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Tale of the trenches: Syracuse vs. Florida State

A look at what the large men on the field did during Saturday’s game.

Florida State v Syracuse
Robinson lived in the backfield all day.
Photo by Brett Carlsen/Getty Images

On Saturday, the Syracuse Orange looked like a team that had solid line play on both the offensive and defensive side of the ball. Contrast that with the current thoughts coming out of the Florida State Seminoles on their offense, and it was bound to be a recipe for an Orange victory.

Let’s break this down two ways, from an offensive perspective, as well as a defensive standpoint. Syracuse definitively won both battles in the trenches, and with two very distinct methods of doing so. On offense, it was a well drilled approach, very reliant on years of cumulative work together. On defense, it was pure athletes taking advantage of a group from of Seminoles who are all out of sorts at present.

Florida State Offensive Line:

Strictly speaking, the FSU line seems to be a trash can fire at present. Not to discount what the Syracuse defense did, as they really forced a lot of these mismatches and mistakes. In that link, Bud Elliott does a great job breaking down what went wrong and how the Seminoles got in the crazy situation that they’re in. In my years of watching and covering Syracuse, we’ve had many damaged and outclassed lines, but few that were the combination of being thrown to the wolves in a new system, while still being forced drastically out of position like these folks.

That, folks, is a left tackle who is burying his head somewhere it shouldn’t. You never step inside until you know the end is committing inside. It’s Tackle-101. This wasn’t the only time that Abdul Bello was straight up beat outside. He had numerous moments where the defensive ends just beat him on a speed rush, and at least twice couldn’t get out on blitzing outside linebackers. He split some time on the right with Jauan Williams.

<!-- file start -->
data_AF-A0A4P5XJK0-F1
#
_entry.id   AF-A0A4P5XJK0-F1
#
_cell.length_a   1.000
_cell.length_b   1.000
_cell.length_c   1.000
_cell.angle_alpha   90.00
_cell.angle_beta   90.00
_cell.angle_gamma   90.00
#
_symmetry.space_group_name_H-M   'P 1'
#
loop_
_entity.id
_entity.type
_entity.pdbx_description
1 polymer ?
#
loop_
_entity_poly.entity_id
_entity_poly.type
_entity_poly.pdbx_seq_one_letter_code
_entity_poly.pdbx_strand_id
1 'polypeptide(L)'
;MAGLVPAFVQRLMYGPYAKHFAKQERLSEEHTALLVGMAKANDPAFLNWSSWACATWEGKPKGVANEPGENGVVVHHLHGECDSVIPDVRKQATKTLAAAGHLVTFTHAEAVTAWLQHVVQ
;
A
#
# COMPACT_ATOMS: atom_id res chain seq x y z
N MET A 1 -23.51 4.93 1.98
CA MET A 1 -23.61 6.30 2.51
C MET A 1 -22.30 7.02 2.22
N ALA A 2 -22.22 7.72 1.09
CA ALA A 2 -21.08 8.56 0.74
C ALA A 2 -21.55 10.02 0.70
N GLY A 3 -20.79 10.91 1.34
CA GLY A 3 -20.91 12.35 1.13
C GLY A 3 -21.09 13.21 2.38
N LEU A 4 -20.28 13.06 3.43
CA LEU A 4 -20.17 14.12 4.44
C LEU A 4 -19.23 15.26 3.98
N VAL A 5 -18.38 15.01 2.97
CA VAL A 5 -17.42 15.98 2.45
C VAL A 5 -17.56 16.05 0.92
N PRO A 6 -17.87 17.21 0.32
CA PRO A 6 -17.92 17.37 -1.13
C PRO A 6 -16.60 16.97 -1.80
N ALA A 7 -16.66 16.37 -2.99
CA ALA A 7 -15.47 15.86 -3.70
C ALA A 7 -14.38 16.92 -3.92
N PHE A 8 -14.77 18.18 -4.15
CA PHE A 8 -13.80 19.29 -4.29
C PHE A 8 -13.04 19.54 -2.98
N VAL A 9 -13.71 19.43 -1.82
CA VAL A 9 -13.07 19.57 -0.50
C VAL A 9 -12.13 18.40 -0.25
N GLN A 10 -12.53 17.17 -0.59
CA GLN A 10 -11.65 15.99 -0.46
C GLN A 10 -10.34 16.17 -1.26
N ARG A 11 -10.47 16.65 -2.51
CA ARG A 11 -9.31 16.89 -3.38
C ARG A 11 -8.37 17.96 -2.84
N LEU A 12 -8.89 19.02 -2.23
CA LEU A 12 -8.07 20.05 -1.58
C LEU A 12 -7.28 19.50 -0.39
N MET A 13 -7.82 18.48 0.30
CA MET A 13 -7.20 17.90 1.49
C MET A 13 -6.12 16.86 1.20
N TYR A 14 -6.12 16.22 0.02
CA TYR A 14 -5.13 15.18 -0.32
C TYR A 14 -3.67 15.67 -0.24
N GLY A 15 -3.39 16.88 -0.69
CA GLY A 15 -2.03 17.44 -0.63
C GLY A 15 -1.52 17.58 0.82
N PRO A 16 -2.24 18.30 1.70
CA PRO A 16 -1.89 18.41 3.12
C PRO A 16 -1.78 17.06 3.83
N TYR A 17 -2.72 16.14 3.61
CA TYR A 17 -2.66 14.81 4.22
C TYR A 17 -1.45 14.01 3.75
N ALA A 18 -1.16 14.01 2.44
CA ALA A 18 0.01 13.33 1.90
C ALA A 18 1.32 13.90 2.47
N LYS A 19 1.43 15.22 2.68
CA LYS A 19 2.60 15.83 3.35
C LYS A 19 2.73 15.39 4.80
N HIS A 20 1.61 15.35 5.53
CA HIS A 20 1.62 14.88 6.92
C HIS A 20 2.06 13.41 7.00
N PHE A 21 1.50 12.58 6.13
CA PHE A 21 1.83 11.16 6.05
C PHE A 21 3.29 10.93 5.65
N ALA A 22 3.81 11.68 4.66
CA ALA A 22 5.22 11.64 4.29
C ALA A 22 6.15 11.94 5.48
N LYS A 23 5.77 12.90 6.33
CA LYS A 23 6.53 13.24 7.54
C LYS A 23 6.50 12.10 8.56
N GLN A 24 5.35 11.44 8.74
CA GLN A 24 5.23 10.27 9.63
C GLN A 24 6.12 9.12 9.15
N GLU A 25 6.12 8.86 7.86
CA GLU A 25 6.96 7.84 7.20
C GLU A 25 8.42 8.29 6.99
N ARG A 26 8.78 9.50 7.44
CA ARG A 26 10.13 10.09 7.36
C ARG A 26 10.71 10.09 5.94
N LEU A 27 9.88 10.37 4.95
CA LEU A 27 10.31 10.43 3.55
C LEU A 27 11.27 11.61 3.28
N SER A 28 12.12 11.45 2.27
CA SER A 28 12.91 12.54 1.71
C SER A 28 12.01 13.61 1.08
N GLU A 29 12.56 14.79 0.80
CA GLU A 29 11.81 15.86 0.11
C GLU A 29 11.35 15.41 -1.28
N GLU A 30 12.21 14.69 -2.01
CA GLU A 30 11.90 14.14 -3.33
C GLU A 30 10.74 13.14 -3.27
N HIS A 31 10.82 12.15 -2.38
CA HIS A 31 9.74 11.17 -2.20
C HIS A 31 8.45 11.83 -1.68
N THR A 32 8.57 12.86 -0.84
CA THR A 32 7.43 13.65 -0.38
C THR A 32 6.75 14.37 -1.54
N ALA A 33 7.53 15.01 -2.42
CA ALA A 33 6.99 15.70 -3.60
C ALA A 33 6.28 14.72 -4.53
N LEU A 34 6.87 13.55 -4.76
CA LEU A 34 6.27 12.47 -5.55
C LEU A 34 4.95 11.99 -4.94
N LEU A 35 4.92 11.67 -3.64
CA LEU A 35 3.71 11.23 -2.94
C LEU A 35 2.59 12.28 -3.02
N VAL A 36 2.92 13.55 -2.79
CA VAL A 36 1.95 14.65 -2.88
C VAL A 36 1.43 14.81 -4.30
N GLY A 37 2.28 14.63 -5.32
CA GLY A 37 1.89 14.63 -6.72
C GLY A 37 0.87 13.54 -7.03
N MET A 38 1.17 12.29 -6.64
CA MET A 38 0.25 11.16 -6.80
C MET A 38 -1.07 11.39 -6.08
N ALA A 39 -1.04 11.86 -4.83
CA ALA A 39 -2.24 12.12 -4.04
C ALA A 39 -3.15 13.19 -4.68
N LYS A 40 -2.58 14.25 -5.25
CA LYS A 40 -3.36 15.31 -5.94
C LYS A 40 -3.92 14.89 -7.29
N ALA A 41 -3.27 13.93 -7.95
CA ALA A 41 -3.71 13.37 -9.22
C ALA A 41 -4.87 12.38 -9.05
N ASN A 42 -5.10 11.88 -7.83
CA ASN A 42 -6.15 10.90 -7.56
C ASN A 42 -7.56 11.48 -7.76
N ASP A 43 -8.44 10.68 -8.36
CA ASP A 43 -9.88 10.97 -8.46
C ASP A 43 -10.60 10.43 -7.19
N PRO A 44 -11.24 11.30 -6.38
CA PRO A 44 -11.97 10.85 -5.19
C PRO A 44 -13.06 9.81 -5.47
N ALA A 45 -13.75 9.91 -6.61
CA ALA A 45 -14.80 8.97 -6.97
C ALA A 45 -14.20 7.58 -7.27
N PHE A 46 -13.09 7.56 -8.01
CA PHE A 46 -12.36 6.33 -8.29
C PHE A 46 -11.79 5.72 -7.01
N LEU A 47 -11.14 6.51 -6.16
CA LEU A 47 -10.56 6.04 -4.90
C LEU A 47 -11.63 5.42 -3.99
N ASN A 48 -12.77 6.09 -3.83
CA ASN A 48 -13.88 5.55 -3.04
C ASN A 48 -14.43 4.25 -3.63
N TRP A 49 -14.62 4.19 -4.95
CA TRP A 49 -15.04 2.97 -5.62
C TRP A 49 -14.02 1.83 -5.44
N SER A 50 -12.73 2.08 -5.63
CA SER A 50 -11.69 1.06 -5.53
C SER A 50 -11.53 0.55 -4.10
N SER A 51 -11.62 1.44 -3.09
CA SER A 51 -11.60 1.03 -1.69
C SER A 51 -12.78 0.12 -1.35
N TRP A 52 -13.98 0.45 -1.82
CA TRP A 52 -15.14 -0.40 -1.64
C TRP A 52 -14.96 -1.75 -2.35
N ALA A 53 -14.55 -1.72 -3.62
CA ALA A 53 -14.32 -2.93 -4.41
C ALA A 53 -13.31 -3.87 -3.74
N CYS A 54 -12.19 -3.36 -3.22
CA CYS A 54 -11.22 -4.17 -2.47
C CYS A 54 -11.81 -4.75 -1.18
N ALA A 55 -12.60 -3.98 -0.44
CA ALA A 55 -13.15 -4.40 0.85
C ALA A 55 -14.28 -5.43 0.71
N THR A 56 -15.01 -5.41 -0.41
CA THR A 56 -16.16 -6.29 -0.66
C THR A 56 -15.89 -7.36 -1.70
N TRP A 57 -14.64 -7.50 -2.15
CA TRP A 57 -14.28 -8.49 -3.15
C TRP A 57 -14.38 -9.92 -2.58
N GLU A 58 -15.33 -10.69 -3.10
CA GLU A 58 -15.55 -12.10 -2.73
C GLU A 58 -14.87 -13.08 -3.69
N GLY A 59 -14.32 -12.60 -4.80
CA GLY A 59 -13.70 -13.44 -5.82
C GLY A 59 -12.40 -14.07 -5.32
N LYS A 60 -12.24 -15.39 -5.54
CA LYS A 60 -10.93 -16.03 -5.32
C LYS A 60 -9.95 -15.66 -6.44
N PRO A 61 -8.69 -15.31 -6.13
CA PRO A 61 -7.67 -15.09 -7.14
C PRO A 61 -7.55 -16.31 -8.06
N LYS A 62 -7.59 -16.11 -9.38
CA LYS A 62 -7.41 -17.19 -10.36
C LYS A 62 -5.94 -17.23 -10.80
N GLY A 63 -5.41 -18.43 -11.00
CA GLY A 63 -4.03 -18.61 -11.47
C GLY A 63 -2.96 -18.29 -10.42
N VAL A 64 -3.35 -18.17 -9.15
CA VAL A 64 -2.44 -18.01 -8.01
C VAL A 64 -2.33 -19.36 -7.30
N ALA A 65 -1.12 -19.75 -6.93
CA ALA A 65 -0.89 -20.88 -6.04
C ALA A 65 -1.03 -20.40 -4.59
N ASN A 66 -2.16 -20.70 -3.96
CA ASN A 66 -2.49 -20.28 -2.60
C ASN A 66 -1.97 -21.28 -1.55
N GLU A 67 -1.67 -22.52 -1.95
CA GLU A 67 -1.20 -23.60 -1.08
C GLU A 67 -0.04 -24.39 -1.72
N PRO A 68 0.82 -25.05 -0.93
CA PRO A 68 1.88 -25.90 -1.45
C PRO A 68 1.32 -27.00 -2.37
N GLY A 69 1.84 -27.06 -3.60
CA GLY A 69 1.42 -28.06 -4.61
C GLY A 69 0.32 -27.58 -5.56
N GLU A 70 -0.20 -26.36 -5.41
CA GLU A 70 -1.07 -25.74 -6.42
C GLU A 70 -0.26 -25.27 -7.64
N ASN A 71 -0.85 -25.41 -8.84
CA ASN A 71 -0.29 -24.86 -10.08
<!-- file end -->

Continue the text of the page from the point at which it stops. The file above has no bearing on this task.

On the other side, the Seminoles had to start Derrick Kelly, who was supposed to be a starting guard, but is the right tackle out of injury desperation. There were numerous points you could tell he’s not used to that exterior pass rush and was either a step too slow on his kick, or just downright didn’t move.

None of this is to take away from the Orange defensive line, who constantly took advantage of mismatches against slower linemen that they were matched up against. Once the team started to dial up that speed rush off the corners and consistently put pressure on Deondre Francois. They were able to take advantage of this early and often and put on a bit of a clinic, recording seven tackles for loss and four sacks, with constant pressure on Florida State all night.

Syracuse Offensive Line:

The Syracuse O-Line on the day looked every bit the experienced group that they are. They may not have kept the quarterbacks hit-less, but there was a good amount of solid pass blocking from the Orange. They limited the pressure on a young Tommy DeVito and gave him some time to rack up 144 yards in the air over a half of play and 75 more from Eric Dungey. While a lot of it seemed on 3- and 5-step drop equivalents, it was a testament to the gameplan when the quarterbacks changed, and the ability of the line to adapt to the new playcalling throughout the game.

The line also looked improved in run-blocking for the course of the game. They were able to scrape to linebackers on occasion, seal the blocks they needed to on the interior and get enough of the ends to not disrupt what they wanted to do en route to 222 yards on the ground. Ideally you’re looking for some cleaner releases to the second level and maybe not two illegal man down field penalties. But the performance from the line was exactly what the doctor ordered. That said, the six attempts to run from “X and Goal” could have used a touch more push to get a score.

The tackles, Cody Conway and Koda Martin, had some trouble with FSU’s star defensive end Brian Burns on the day. To be fair, any tackle that comes across Burns will have trouble with him. The defensive end is a combination of size and speed that may translate to an early first round selection, should he leave as a junior. He recorded two sacks against the Orange and a total of four solo stops. Conway and Martin did as well as anyone can be expected against one of the bright spots for the Seminoles. Especially when their other options were two NFL prospects in DE Wally Amie or DT Demarcus Christmas.

Overall it was a great performance from both the offensive and defensive lines in what was a full team victory for the Orange over the Seminoles. Not bad for the first Syracuse win in the series since Floyd Little was a senior.